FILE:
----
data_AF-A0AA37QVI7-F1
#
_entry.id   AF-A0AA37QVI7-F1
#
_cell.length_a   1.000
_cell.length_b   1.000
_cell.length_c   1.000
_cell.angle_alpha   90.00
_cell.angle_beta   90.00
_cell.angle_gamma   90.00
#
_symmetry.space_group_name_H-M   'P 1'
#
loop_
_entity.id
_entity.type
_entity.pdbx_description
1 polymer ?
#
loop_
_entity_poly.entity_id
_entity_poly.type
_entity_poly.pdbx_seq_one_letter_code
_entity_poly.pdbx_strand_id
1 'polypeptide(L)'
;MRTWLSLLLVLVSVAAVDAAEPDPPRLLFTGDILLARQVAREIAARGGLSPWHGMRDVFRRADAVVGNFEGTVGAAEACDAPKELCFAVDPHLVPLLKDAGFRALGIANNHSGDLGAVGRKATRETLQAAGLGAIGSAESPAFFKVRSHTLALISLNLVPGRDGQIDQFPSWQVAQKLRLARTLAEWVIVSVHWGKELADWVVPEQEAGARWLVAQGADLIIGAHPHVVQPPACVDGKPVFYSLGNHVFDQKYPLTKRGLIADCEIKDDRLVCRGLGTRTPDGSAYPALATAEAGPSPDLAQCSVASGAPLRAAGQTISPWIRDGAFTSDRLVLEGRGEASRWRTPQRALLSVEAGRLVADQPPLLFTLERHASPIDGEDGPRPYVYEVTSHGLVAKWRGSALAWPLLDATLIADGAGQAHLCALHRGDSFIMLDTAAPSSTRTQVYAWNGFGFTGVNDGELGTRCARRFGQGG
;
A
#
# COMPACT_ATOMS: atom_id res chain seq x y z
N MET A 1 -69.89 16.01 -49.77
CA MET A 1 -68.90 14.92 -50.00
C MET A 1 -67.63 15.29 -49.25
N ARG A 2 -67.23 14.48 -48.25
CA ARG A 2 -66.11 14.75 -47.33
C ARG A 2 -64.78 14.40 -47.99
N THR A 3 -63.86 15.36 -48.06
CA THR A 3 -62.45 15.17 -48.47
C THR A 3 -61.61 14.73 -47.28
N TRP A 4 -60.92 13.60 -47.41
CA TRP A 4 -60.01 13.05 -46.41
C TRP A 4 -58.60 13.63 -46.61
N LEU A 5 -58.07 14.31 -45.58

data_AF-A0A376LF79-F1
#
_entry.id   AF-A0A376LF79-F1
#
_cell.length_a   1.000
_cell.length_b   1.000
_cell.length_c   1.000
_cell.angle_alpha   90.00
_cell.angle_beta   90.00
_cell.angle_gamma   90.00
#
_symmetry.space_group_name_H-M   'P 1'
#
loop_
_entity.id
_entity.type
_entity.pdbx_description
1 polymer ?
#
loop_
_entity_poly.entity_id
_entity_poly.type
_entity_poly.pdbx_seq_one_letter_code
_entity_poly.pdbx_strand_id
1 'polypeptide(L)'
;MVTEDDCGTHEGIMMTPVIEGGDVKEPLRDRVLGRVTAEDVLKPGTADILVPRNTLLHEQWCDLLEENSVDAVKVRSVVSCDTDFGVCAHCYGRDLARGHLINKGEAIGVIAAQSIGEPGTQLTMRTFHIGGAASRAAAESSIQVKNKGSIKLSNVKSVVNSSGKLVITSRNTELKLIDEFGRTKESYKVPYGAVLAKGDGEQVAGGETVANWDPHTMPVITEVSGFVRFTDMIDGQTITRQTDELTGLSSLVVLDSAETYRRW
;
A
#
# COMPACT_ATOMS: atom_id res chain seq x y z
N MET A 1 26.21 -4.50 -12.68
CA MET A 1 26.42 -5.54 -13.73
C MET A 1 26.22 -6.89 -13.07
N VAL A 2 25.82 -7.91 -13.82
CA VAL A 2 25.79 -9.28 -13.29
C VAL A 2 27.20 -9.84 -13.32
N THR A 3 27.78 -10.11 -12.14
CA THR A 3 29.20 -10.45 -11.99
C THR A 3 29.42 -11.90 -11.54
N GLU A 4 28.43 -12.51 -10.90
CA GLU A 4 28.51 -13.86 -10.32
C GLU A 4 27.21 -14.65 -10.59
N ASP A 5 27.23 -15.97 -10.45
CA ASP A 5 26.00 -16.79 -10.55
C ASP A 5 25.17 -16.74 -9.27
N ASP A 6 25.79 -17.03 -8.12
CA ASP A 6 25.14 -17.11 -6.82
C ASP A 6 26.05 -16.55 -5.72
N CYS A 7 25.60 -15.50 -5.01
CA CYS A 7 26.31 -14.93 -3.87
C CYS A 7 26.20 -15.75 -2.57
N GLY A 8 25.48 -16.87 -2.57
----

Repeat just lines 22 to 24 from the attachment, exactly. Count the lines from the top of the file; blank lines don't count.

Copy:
_entity_poly.type
_entity_poly.pdbx_seq_one_letter_code
_entity_poly.pdbx_strand_id